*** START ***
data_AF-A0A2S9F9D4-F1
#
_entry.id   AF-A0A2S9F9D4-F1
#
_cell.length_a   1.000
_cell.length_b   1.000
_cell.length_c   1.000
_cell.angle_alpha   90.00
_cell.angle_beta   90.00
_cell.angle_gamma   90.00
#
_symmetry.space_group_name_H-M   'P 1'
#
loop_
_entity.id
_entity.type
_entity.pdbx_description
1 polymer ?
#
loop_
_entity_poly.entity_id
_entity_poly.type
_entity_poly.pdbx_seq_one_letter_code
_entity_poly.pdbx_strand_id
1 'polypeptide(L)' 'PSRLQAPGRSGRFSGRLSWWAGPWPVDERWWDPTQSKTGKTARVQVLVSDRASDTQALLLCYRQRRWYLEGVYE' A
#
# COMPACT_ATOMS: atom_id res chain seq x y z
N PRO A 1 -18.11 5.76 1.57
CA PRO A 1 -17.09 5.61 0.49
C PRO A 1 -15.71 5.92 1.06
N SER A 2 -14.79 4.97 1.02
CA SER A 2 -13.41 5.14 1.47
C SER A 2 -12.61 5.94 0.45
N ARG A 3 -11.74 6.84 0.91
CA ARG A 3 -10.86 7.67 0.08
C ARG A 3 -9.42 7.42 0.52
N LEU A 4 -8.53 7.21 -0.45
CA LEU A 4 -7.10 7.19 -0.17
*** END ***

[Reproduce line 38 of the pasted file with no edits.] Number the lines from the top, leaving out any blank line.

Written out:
CA LEU A 4 -7.10 7.19 -0.17